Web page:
I grew up a stone’s throw away from the magical island of Manhattan, with a mother who loved (and still to this day loves) live theater more than anything. So you can imagine that my Broadway-watching days were inevitable. As soon as I was old enough to appreciate a production, my mom packed me up for a short bus trip city inbound, excited to introduce me to one of her own longtime passions. I saw my very first Broadway musical, Beauty and the Beast, on January 23, 2000. I was 9 years old — and of course I have the tattered Playbill and framed glossy show program to show for it.
Back then, I was mostly just excited to be spending time out with my family, and being entertained for a few hours. I started off my Broadway-going career strong with a huge, popular Disney production, but the next few shows I got taken to included more serious dramas. We’d save up for tickets, and then pick something new to see. They all went over my head, even though I tried to listen intently and try to relate to the stories. My mom and I also discovered at this time the joy of waiting for actor autographs outside at the stage door. It was thrilling to talk to stars about their performances, and since I was so young (and back then only a handful of fans would hang around after the show), they’d really pick my brain for my thoughts on what I had just seen. This is why I really began to love the theater: for the live, immediate reactions — both onstage and off. Maybe you could even trace my current writing, reporting, and interviewing career back to these beginnings.
As exciting as this all was for me, I quickly realized that these Broadway shows were not the kind of things I could go talk to my school friends about. I’d walk into my sixth grade class in 2002 and say something like, “Guys, I saw Liam Neeson in The Crucible over the weekend!” or “Is anyone watching the Tony Awards tonight?!” and I’d get blank stares. It meant nothing.
Not now though. You see now, it means everything.
For awhile, I thought that attending Broadway shows was just this quirky thing my family did. Like other people’s aunts and uncles hosted BBQs or pool parties in those early days of summer, but mine would order pizza and cast winner predictions ahead of Tonys viewings. I loved every moment, but it felt so obscure. For several years in my childhood memory, the Tony Awards were broadcast on smaller cable networks, the ones that not all of my friends had. The ceremonies consisted more of a small group honoring their own achievements, rather than the huge-scale award show productions we see today.
Everything changed around the time I graduated high school, which is officially a decade ago. In the 2008-2011 timeframe when I was in college, I was lucky enough to be able to see performances like Legally Blonde: The Musical, The Little Mermaid, In the Heights, Bye Bye Birdie, A View from the Bridge (with Liev Schrieber and Scarlett Johansson), Spider-Man, American Idiot (with Billie Joe Armstrong), Good People (with Frances McDormand), The Motherf***er with the Hat (with Bobby Canavale and Chris Rock), The House of Blue Leaves (with Ben Stiller and Edie Falco) and several others! In my adult years, I have been fortunate to see even more top stars in their live stage roles, and get seats to some of the most buzzworthy productions around. And if you’re saying to yourself, “wow, I remember those shows!” you realize too how all of a sudden it was.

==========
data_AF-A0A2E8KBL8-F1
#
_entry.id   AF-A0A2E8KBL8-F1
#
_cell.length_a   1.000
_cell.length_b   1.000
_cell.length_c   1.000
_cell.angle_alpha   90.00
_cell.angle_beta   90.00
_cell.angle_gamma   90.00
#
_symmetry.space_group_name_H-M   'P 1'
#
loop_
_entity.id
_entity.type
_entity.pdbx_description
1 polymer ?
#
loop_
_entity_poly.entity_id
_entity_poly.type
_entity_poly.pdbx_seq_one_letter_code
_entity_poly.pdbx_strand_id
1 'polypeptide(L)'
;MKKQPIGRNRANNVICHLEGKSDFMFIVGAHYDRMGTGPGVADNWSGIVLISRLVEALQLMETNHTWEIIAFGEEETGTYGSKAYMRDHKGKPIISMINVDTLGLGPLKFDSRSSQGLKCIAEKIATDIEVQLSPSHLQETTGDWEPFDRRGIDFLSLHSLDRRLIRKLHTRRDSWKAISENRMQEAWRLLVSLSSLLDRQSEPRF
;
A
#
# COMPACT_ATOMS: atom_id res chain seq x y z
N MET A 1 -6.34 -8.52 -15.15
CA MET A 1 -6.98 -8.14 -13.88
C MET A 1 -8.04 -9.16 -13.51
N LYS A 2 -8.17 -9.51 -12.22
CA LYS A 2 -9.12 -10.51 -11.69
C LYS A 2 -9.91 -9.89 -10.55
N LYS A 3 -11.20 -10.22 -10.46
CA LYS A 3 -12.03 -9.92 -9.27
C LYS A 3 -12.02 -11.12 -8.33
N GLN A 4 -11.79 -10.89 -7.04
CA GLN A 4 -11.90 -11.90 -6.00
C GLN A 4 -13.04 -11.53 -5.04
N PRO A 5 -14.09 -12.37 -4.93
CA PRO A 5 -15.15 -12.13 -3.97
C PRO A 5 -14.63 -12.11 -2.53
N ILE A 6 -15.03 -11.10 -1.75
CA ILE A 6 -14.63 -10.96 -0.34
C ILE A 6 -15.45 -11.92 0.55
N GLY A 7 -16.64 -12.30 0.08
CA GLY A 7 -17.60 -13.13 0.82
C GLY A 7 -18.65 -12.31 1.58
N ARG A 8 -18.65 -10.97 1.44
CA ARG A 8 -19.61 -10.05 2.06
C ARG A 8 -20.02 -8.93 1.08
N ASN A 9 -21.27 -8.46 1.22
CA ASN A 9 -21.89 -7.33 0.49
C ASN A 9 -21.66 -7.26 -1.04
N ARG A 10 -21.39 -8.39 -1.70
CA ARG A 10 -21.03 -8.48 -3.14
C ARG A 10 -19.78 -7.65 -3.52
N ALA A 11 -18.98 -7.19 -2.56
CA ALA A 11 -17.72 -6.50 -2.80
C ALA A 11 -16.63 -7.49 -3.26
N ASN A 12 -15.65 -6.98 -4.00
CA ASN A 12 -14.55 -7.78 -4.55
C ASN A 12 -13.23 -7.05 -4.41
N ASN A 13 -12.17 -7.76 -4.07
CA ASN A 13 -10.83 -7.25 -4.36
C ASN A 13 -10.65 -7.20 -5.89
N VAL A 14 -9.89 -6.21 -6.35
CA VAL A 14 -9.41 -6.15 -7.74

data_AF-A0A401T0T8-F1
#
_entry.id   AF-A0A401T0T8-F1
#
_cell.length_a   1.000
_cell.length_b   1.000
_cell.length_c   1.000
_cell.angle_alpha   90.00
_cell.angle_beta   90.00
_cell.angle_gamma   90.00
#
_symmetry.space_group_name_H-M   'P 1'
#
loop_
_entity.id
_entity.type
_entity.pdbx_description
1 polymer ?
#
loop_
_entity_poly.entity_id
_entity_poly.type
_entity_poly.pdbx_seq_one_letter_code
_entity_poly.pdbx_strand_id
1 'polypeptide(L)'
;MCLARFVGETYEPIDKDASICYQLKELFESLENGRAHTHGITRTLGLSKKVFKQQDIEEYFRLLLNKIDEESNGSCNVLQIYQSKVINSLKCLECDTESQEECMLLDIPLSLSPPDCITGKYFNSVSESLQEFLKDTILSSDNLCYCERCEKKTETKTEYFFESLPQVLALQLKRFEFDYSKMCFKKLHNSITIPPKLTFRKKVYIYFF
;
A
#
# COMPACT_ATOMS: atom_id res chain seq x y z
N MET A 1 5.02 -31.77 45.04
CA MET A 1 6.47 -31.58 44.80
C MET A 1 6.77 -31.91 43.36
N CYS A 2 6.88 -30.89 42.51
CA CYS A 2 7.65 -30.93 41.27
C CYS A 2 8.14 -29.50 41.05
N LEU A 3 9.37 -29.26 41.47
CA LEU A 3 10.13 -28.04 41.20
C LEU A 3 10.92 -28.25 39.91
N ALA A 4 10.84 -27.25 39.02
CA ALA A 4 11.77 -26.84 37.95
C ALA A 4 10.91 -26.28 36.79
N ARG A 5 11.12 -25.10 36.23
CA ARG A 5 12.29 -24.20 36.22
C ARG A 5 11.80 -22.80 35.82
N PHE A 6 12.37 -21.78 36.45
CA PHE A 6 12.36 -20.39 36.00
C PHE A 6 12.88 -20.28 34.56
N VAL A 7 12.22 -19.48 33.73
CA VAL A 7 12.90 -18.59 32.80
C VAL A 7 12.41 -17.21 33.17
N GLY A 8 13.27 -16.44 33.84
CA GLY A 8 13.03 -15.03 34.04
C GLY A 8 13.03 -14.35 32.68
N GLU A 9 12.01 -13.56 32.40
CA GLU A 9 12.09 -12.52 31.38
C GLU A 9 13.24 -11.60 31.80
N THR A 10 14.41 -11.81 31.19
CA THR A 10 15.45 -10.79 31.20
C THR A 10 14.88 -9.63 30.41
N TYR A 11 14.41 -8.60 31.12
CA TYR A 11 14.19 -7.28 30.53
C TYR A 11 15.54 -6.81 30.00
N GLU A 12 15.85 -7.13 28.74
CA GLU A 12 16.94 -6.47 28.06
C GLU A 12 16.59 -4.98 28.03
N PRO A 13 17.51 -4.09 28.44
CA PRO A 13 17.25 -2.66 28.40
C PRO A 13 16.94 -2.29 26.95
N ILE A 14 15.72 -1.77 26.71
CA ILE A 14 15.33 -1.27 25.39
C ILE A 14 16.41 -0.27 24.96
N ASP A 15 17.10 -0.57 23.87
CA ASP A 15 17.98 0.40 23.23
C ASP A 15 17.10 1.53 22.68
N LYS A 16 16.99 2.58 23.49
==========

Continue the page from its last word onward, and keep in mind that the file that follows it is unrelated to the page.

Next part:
I vividly recall thinking that Broadway and the Tony Awards were such a golden moment for New Yorkers, but a hard sell for anyone else living outside of the nucleus I’d grown accustomed to. If you didn’t live locally, or have money for show tickets, or care about classic plays, why would you want to know anything about what’s going on in this universe?
In the last decade, social media has taken the reach of Broadway shows to unbelievable levels, and the Tonys have followed suit. And the theater has gotten younger (thanks to school group initiatives, and affordable student tickets or those 30-under-30 deals I love.) Now, theater fans around the world can catch YouTube clips or actor interviews, easily download soundtracks and memorize show tune lyrics, and get to know their favorite performers through their Instagrams. Peers my age not only want to hear about the shows I’ve seen this season, but they actively share their own stories about following mega hits like Hamilton and Dear Evan Hansen. Even non-thespians grow interested in attending live shows, because Hollywood celebrities are flocking to the stage, posing for #StageDoorSelfies, and signing those Instagrammable Playbills. Those on-air Tonys performances have kept getting bigger and better over the years, giving global viewers a sense of what they should come see when they may visit NYC on vacation. The Tony Awards red carpet is full of Hollywood A-listers and Broadway icons who bring their legions of followers with them
And the shows themselves aren’t all jazz hands and sequined leotards. Which I am all for, but totally understand if they’re not everyone’s cup of tea. The hot topics tackled in dramas have gotten bolder, more diverse, and profoundly tied to current events — and therefore Tony noms in the past decade have been as well. The stage — and in turn, the rows of audience — have become more inclusive and more open to conversation outside the traditional sense of a theater circle. And tuning in to the Tony Awards (coming up on June 10, 2018 at 8 PM EST on CBS) will be a spectacular affair anyone can find moments of joy in, local NYC theater patron or not. It’s all very exciting, and I love the direction it’s headed.